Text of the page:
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Women archers – a community whose numbers has grown in the recent years.
I believe that the ever-rising women’s interest in archery and bowhunting could have been fuelled by the emergence of heroine archers like Katniss Everdeen of the Hunger Games TV Show, or the legendary horsewomen archers (the Amazons), or simply due to the increased popularity of the bow and arrow.
However, I’ve learned that there’s still a good number of females who want to join this sport or want to better their archery skills but don’t know where to start.
I, therefore, came up with this info-rich article to give you answers to everything you need to know about archery for women.
Archery is a sport for Everyone
Before we get into the details, it’s important to understand that archery is a fun game that has no limits on who can practice it.
Anyone can undertake it – from women to men, kids to adults – everyone!
So, if you think that archery and bowhunting aren’t really for you, think again.
With that in mind, allow me to share a few things all women interested in the bow and arrow sport need to know:
1. There are archery gear specially tailored for women archers
When we talk of archery equipment, the main thing that should appear in your mind is the bow.
Seeing the high increase in the number of females interested in bowhunting, the archery gear manufacturers have changed the way they make their products. They’ve gone the extra step to make your newly found sport fun and thrilling by tailoring bows that meet your unique physiology and needs.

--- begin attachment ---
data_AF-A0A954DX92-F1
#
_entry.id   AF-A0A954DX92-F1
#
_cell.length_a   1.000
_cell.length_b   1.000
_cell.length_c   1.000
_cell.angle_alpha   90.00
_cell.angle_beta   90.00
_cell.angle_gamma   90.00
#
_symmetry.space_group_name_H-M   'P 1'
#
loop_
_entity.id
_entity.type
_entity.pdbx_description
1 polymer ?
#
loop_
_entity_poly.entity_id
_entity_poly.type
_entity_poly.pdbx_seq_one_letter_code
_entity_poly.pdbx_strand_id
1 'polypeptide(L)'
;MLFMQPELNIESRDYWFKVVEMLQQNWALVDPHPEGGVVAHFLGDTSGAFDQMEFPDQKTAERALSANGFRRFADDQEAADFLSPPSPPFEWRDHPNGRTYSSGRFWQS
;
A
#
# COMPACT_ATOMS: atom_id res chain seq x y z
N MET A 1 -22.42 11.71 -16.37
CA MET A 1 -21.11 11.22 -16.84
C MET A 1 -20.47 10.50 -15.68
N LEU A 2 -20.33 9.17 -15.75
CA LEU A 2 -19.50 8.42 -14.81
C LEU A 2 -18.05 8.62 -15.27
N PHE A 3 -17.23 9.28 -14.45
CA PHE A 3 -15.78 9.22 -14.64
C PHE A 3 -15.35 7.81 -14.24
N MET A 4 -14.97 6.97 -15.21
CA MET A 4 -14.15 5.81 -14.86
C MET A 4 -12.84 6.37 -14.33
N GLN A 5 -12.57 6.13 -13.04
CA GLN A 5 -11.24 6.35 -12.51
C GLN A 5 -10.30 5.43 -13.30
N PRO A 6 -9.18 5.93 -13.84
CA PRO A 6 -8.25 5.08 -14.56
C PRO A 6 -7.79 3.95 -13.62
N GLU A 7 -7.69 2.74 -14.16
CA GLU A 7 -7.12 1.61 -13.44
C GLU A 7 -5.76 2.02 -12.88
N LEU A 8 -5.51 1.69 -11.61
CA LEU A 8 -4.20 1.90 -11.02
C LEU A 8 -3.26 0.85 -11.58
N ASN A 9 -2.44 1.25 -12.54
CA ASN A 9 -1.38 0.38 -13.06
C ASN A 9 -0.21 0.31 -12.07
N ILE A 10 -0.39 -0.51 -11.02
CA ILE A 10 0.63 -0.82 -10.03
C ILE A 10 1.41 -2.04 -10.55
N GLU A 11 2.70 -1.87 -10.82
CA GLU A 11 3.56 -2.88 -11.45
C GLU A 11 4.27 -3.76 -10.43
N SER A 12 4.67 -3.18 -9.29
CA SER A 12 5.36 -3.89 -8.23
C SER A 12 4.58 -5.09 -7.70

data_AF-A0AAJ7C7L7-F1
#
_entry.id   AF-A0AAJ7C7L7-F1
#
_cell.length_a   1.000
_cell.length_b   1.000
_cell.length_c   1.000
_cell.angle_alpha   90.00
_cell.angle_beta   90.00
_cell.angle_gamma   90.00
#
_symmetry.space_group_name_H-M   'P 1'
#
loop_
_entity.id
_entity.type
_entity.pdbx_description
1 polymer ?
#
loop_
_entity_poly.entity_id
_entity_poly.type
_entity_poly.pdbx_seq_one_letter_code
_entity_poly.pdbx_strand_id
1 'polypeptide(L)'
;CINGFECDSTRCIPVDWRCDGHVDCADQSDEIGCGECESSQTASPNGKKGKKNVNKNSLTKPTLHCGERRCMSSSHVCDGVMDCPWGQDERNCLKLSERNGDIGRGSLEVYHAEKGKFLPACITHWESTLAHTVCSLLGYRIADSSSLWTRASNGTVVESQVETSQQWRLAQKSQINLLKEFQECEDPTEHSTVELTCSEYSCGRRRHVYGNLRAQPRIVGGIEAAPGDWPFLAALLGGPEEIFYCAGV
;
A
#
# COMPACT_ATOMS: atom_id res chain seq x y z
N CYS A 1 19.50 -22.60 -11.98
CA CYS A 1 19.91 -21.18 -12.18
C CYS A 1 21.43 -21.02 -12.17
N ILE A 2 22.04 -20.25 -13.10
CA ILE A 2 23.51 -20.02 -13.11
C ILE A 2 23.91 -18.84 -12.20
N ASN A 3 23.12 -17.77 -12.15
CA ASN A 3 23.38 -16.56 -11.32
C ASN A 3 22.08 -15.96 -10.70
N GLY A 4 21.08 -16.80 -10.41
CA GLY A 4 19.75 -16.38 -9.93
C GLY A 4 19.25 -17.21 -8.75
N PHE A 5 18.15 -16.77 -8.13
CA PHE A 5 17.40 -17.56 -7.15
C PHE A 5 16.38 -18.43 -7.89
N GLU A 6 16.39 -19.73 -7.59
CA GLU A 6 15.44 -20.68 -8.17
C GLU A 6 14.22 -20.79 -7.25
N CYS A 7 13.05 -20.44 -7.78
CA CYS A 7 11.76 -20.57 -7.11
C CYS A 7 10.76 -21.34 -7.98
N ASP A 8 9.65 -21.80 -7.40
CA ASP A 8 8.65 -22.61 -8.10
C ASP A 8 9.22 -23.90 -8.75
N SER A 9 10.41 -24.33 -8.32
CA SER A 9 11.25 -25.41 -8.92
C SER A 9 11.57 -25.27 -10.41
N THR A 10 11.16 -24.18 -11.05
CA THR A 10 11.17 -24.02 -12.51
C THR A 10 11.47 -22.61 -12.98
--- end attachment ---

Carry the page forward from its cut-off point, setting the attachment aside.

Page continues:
That being said, here are some top ways in which women archers bows differ from those of men:
- They come with a shorter draw length to compensate for the height of women (who are typically shorter than men).
- The draw weight on a woman’s bow tends to be lower than that of other bows. If you’re a beginner in this game, I’d advise you to start with low draw weight and increase as you advance your skill. You can start with a minimal weight of 40lbs for deer hunting.
- And, of course, they come with sleek designs, to meet your needs for holding an eye-grabbing model that stands from the rest.
Next time, don’t struggle using your hubby’s/dad’s bow or go for a cheap kid’s bow. Look for a bow specially made for you, and you’ll love the sport even more.
2. You need to take some archery lessons before you start shooting
I know many beginners wouldn’t want to hear this. I didn’t want to hear it either.
Sadly, there’s no shortcut to archery…you’ve got to undergo some training on how to use your bow and arrow correctly (as well as other archery related gear) before you actually start chasing that deer.
BUT…don’t worry. This isn’t hard as you might be thinking. You’ll just need to listen to and follow your instructor carefully, and you’ll be ready to go.
Some of the main things offered in the basic archery training courses include:
- Stance and posture (how to position your body when firing arrows)
- Nocking (finger and hand placement)
- How to correctly extend your bow arm
- Drawing the bow
- And, following through your shots